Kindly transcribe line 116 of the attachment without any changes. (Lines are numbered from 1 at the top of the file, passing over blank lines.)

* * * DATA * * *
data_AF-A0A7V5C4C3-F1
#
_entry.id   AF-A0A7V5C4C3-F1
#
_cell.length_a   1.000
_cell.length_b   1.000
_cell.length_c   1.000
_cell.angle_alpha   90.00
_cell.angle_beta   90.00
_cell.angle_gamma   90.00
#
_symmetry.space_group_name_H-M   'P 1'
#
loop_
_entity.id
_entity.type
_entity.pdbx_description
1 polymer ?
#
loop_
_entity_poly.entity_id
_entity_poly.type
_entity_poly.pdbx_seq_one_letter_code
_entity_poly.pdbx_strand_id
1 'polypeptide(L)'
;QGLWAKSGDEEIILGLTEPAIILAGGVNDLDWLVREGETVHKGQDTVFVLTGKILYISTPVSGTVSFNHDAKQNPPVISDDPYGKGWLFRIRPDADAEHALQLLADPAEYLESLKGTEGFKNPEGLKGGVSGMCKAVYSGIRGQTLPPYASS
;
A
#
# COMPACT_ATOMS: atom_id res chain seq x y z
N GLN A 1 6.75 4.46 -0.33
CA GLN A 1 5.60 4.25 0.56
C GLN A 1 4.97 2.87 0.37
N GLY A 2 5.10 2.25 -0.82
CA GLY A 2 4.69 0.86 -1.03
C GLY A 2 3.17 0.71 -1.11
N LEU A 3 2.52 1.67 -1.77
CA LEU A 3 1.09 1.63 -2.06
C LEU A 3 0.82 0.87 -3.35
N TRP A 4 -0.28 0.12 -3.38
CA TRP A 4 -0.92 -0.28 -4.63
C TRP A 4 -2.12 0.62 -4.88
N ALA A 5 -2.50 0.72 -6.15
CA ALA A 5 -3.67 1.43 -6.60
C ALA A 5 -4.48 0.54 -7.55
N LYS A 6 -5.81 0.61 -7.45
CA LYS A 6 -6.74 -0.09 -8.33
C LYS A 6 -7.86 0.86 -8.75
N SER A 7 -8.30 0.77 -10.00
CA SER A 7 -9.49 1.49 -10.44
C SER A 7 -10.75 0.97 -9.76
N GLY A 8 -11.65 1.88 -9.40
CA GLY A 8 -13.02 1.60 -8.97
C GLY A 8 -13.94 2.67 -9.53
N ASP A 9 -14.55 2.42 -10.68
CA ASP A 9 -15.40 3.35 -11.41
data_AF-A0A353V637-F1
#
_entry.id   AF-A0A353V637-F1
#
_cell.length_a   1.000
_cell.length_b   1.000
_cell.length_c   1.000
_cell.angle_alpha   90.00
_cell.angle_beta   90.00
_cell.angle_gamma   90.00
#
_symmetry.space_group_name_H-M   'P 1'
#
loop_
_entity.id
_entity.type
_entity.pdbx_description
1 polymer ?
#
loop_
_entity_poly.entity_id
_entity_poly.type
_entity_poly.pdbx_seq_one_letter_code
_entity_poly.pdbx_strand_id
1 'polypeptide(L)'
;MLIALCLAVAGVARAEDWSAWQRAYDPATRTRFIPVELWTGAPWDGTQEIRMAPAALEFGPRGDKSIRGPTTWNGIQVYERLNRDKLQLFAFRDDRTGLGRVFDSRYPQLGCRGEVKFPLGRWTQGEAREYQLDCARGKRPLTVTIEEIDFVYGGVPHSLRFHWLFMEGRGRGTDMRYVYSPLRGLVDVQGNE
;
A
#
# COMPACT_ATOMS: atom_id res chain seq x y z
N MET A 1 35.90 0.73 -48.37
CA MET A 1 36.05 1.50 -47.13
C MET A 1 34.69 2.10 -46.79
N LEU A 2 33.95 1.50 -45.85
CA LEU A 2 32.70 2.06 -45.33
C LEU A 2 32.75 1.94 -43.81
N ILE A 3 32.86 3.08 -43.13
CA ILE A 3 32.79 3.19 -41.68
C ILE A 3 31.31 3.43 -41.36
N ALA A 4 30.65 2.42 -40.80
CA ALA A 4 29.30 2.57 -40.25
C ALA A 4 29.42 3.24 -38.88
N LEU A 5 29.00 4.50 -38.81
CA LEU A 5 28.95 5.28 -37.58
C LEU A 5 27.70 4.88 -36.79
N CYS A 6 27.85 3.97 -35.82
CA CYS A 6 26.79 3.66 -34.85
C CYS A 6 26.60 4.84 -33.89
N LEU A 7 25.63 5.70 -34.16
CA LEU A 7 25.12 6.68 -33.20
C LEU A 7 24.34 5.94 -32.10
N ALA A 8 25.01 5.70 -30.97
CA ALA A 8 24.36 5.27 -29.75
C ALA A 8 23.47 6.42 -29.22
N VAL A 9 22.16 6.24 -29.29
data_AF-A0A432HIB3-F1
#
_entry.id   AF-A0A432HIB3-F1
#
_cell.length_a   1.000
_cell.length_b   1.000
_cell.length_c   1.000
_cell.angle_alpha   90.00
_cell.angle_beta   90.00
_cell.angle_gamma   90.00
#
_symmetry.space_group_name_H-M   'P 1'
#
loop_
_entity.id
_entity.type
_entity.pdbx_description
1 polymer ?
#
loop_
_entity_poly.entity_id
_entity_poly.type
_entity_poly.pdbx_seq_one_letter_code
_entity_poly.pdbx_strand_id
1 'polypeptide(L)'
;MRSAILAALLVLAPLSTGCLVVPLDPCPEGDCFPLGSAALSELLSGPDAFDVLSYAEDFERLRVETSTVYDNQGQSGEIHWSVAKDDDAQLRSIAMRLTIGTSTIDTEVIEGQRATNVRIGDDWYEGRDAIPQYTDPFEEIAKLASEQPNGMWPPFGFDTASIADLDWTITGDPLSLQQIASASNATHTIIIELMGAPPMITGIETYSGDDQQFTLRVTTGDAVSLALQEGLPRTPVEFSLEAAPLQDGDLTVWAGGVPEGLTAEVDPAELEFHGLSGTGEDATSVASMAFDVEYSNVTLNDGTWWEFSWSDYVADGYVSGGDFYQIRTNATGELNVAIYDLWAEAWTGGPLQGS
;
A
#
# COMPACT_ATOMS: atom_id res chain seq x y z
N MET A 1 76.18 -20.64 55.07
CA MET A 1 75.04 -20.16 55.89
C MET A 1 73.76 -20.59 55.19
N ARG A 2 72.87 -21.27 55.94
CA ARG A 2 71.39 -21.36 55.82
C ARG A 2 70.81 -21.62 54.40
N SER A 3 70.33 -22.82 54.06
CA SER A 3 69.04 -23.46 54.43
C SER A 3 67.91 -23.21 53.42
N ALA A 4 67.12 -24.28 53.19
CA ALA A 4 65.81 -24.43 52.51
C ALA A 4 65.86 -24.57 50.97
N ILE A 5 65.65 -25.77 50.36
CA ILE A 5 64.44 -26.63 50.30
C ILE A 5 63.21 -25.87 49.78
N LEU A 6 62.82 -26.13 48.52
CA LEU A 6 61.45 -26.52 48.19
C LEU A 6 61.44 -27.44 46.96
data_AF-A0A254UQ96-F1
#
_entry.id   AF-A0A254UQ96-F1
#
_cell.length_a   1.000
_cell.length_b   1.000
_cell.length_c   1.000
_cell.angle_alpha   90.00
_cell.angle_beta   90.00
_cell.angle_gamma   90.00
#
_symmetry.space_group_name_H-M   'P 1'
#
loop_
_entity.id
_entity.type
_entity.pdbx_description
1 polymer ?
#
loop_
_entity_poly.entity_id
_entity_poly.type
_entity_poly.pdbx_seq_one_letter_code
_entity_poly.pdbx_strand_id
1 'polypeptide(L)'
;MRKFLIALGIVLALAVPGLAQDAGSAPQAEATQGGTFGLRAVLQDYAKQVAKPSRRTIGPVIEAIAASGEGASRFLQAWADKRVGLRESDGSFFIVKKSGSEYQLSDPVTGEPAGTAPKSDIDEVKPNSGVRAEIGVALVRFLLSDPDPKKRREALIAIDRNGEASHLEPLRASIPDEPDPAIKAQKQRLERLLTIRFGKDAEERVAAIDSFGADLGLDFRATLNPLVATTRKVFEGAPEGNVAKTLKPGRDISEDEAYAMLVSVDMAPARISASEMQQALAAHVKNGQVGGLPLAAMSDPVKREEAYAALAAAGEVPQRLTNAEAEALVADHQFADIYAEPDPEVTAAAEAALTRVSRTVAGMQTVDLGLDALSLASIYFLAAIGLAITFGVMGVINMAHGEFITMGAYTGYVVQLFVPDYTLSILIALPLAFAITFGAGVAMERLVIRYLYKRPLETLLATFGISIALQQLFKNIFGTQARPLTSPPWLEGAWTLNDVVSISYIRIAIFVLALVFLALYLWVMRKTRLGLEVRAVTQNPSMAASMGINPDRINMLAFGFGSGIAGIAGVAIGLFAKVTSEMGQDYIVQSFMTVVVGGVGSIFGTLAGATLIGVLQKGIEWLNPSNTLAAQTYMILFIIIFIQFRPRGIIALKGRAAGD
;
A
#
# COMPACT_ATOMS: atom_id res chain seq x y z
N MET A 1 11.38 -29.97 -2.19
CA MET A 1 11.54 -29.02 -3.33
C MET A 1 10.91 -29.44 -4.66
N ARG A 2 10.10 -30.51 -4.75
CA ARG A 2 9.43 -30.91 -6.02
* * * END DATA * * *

_cell.length_a   1.000